Validating rich text
From "Rich text programmability for Notes R5 applications" by Andre Guirard, who works from Lotus Development's ISV Technical Consulting group, which originally appeared in the May/June 2000 edition of The View.
Notes developers have long had to work around the problem that, in Notes, there is no way to make sure that the user enters a value in a rich text field before saving a document. There are workarounds for specific kinds of validations, but until R5, there hasn't been a general-purpose way to validate rich text field contents.
With R5, it's possible to write a Querysave event that reads the current value of the rich text field. To do this, you have to refresh the form using the NotesUIDocument.Refresh method with an argument of True, as the code below does. This code, created as an example, doesn't actually do any validation; it just displays the text it reads from the rich text field.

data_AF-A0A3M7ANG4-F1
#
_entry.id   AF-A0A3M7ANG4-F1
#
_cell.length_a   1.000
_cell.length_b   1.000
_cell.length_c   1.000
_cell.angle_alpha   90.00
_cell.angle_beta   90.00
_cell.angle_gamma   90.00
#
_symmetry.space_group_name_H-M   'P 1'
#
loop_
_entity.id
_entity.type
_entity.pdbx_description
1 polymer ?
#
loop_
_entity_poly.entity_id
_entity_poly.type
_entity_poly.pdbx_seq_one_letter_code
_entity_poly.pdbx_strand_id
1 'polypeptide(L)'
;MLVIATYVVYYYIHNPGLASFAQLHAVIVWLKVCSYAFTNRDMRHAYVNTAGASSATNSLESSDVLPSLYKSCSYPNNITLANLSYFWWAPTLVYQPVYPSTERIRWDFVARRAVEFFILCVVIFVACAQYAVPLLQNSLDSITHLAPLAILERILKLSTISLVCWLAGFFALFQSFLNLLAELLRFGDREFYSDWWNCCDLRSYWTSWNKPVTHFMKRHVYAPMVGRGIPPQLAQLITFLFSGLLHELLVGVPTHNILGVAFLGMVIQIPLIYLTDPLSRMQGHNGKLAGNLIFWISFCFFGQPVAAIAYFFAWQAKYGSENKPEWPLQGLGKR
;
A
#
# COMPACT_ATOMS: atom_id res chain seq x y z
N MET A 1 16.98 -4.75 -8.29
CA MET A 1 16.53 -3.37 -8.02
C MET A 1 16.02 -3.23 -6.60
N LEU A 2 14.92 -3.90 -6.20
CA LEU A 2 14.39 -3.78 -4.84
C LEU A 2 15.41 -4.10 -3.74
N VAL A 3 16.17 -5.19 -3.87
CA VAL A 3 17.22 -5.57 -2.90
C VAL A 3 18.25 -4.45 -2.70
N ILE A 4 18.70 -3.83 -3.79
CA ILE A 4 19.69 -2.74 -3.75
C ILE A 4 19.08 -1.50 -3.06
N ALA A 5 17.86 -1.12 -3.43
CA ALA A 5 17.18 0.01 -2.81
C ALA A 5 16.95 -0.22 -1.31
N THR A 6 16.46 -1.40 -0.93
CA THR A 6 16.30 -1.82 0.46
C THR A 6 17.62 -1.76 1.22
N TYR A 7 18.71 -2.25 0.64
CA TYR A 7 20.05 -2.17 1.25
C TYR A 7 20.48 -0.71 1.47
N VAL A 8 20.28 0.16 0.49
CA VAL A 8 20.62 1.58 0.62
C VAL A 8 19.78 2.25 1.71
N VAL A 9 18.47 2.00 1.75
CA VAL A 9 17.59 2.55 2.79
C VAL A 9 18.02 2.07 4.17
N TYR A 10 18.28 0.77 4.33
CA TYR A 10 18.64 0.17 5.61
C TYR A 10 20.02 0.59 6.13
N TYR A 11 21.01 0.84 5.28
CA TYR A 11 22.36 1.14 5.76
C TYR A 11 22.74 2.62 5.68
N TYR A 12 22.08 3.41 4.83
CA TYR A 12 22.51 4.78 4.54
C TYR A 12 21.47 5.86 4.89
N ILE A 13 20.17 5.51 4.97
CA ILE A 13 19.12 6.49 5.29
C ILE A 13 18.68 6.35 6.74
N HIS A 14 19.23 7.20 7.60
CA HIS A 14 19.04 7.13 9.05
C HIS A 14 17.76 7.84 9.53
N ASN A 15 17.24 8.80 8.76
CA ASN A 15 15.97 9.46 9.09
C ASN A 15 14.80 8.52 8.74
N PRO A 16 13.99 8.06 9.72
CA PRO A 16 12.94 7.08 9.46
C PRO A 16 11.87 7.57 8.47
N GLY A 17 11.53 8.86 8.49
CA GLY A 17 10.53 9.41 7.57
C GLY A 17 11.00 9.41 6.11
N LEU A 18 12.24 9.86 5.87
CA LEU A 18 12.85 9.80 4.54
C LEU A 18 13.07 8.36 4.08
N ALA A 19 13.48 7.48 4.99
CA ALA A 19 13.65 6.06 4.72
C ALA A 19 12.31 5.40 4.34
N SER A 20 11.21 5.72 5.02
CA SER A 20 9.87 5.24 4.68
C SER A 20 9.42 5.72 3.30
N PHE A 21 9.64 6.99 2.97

Sub Querysave(Source As Notesuidocument, Continue As Variant) Dim ws As New notesuiworkspace Dim uidoc As notesuidocument Dim doc As NotesDocument Dim rtf As Variant Set uidoc = ws.CurrentDocument uidoc.refresh True Set doc = uidoc.Document Set rtf = doc.GetFirstItem("Body") Messagebox debugstr(rtf.text) End Sub
The debugstr function in this code takes any value and returns a text description of it in a message box. It's not part of the LotusScript language; it's a function the author wrote that can be pasted in whenever one needs to display a value for debugging purposes.
You can try this yourself in the sample database available at The View's Web site: http://www.eview.com/eview/view.nsf/2d0e694750acb0ae8525668000517be3/f40ef674a562b18c852568d30057eee4?OpenDocument
Select Create-Validate Rich Text. Enter some values in the table that opens in the Validate Rich Text document.
When you use the Text property or the GetFormattedText method of a NotesRichTextItem, tables are presented as columns of text separated by tabs. So there's a "tab" character (in LotusScript, Chr$(9)) between each column, and the "newline" sequence, carriage return and line feed (Chr$(13) and Chr$(10)), at the end of each row.
This can get ambiguous if the person editing the document enters tabs or newlines in the table cells. If you were trying to validate the table contents and you looked for the "newline" sequence to spot the end of a row, then "20
This was first published in May 2000